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PM discusses economic challenges

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El-Beblawi also expressed his concerns over the country’s fuel supply situation.

Stability and national reconciliation are of prime importance to any rebound in the economy, Prime Minister Hazem El-Beblawi stressed in an interview on state TV on Saturday.

Stability and national reconciliation are of prime importance to any rebound in the economy, Prime Minister Hazem El-Beblawi stressed in an interview on state TV on Saturday.

By Doaa Farid

Stability and national reconciliation are of prime importance to any rebound in the economy, Prime Minister Hazem El-Beblawi stressed in an interview on state TV on Saturday.

“The first thing I’m thinking of is reorganizing [certain] laws related to civil society and fighting corruption,” he said.

El-Beblawi also expressed his concerns over the country’s fuel supply situation. “Egyptians don’t [understand] our production can no longer cover our needs,” he said, adding that energy subsidies have become “too expensive” for the state.

“During the 1990s, energy subsidies amounted to EGP 1bn, but two years ago they reached EGP 95bn,” he said.

Fakhry El-Fekky, an economics professor at the Faculty of Economics and Political Science at Cairo University, said it is “difficult to suspend energy subsidies because this needs popular support, and [the public] isn’t ready for it.”

Meanwhile, Dalia Mousa, head of the media division at the Egyptian Center for Social and Economic Rights said amending subsidies would further burden the state’s budget, saying that “transportation fares will increase, so middle class citizens will be the victims.”

Savings to increase investments

In his interview, Beblawi also expressed his support for the free market system, but with strong government regulation. “Egypt has no other choice but openness and cooperation with the world,” he said.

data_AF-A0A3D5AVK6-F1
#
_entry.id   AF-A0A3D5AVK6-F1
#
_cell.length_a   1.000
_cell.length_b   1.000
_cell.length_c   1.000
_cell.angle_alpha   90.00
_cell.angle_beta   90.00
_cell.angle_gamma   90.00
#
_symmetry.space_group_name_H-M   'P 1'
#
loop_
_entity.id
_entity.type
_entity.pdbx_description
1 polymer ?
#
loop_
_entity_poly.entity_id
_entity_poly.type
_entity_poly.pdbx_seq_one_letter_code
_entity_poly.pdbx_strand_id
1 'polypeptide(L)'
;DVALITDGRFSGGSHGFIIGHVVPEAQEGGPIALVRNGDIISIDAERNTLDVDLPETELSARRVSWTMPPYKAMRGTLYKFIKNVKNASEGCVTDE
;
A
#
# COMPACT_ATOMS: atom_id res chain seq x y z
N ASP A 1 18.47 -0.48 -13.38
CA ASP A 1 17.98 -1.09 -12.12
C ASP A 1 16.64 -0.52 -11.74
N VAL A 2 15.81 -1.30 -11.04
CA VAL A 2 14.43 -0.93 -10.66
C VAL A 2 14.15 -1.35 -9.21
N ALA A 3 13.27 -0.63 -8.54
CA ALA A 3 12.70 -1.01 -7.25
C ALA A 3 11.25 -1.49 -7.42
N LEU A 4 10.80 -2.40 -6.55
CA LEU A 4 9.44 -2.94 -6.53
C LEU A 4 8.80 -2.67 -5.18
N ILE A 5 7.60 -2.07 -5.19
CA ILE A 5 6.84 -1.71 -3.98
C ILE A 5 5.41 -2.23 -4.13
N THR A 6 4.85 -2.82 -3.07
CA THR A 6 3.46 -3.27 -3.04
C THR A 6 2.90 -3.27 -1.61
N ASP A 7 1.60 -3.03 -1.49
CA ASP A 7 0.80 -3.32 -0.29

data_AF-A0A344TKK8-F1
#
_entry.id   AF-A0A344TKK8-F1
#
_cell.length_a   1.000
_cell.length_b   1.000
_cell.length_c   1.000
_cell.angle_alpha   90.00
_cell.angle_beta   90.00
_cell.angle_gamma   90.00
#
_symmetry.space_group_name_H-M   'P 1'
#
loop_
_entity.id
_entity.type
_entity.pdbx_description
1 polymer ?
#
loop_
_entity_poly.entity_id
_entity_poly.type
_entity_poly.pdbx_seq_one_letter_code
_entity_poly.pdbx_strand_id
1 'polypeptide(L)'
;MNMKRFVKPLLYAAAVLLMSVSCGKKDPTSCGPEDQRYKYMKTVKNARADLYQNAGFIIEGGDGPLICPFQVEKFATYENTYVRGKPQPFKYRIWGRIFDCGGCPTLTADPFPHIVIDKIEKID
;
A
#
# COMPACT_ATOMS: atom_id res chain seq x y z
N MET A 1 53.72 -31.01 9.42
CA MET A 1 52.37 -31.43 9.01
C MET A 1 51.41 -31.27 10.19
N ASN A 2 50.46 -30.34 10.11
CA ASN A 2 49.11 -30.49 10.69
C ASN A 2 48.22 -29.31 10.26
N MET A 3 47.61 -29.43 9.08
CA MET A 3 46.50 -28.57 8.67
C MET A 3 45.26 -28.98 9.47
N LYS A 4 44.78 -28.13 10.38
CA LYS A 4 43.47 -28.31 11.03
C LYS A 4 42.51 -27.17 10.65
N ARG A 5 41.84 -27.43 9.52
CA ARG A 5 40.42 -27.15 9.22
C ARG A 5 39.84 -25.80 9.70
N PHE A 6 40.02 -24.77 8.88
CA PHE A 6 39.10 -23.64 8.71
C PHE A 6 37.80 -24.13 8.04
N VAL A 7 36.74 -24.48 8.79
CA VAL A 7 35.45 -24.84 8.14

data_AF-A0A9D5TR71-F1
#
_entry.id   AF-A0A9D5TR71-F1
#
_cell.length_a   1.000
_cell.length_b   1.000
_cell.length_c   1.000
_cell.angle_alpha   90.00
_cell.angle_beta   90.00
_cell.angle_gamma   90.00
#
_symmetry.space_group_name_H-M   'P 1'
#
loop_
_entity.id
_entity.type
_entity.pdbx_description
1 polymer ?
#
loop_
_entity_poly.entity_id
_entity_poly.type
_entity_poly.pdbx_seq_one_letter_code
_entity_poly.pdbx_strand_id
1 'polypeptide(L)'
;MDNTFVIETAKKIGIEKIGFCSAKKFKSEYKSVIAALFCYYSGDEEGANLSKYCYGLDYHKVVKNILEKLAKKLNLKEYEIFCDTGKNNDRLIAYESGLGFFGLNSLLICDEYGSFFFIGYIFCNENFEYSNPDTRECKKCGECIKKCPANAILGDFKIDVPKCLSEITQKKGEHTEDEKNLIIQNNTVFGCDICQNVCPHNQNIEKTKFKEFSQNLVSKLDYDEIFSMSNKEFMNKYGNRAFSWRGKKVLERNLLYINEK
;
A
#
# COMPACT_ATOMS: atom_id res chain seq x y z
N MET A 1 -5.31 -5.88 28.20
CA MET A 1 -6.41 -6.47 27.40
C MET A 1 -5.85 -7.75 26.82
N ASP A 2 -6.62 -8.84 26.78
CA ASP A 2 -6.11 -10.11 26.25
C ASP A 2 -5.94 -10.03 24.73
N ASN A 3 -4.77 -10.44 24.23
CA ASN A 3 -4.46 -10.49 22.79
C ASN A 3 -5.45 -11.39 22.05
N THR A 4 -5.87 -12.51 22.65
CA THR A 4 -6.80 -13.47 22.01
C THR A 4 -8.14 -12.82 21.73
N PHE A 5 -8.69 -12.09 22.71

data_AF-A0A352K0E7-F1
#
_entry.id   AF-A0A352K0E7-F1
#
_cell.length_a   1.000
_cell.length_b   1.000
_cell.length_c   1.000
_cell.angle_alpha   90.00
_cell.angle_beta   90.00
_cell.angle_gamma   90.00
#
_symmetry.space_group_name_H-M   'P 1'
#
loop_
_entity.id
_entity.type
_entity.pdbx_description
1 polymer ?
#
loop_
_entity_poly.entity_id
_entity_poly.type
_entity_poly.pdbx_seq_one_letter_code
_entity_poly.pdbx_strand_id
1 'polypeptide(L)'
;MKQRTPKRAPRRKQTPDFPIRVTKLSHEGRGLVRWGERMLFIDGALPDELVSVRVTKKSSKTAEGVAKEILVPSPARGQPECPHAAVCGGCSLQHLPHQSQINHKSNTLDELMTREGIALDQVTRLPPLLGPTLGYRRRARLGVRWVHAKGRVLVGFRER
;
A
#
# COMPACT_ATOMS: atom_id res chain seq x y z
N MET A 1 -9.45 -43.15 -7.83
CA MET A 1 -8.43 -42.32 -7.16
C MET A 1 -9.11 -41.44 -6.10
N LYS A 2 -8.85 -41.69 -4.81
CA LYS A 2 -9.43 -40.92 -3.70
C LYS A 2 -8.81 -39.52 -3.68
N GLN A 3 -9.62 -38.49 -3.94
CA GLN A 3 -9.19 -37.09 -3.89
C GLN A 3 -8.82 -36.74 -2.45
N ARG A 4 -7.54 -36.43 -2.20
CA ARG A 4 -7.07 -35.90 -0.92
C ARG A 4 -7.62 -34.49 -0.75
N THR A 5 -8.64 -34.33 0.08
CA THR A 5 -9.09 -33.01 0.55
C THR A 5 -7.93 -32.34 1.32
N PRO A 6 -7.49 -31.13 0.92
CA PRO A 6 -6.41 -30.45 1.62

“In Egypt right now the consumption rate is 85% of GDP while the saving rate is 15% of GDP,” he said. “In order to increase our investments we need [this savings rate to reach] 30% of the GDP.”

El-Fekky, who is also the former assistant of the executive chairman of the International Monetary Fund (IMF), said that increasing investments is one of the biggest challenges facing the new government, with last year’s total investments standing at EGP 260bn, and EGP 300bn this year. “To be realistic, our savings can be increased to 20% only,” he said.

Mousa meanwhile said that investments must be made in the public sector for their social justice element. “Private sector investments haven’t done any good for the poor since Mubarak’s and Morsi’s previous regimes,” she said.

Maximum and minimum wages

El-Beblawi said he was the first to introduce a draft for a comprehensive law on the maximum and minimum wage. “I’ve submitted it to the former Prime Minister Essam Sharaf, and it was implemented under Ganzouri’s regime. I think it is a priority now that must be implemented properly.” The law, he said, put maximum wage at no more than 35 times the minimum wage.

El-Fekky said that the government should work on raising the minimum wage in order to guarantee that this law will make a difference.

On the other hand, Mousa said that the 35 multiple is too high, and “should be 15 times or less to achieve social justice.”

Aid and loans

El-Beblawi also addressed concerns raised over the sudden influx of Gulf aid since the ouster of former president Mohamed Morsi, saying there is “no need to be sensitive” to such aid, as Gulf countries “truly respect and care for Egypt.” He did qualify, however, that the aid would not be sufficient on its own to patch the economy.

He also revealed that Gulf countries would be open to offering additional aid when Egypt achieves greater stability.

El-Fekky said that El-Beblawi’s government would also face the challenge of lowering prices. “I think this will be possible after the $ 12bn aid because the black market will disappear and the imports costs will decrease and in a result the prices will decrease,” he said.

He added that he believes if Egypt can achieve economic development over the next year, the $4.8bn IMF loan may not be necessary.


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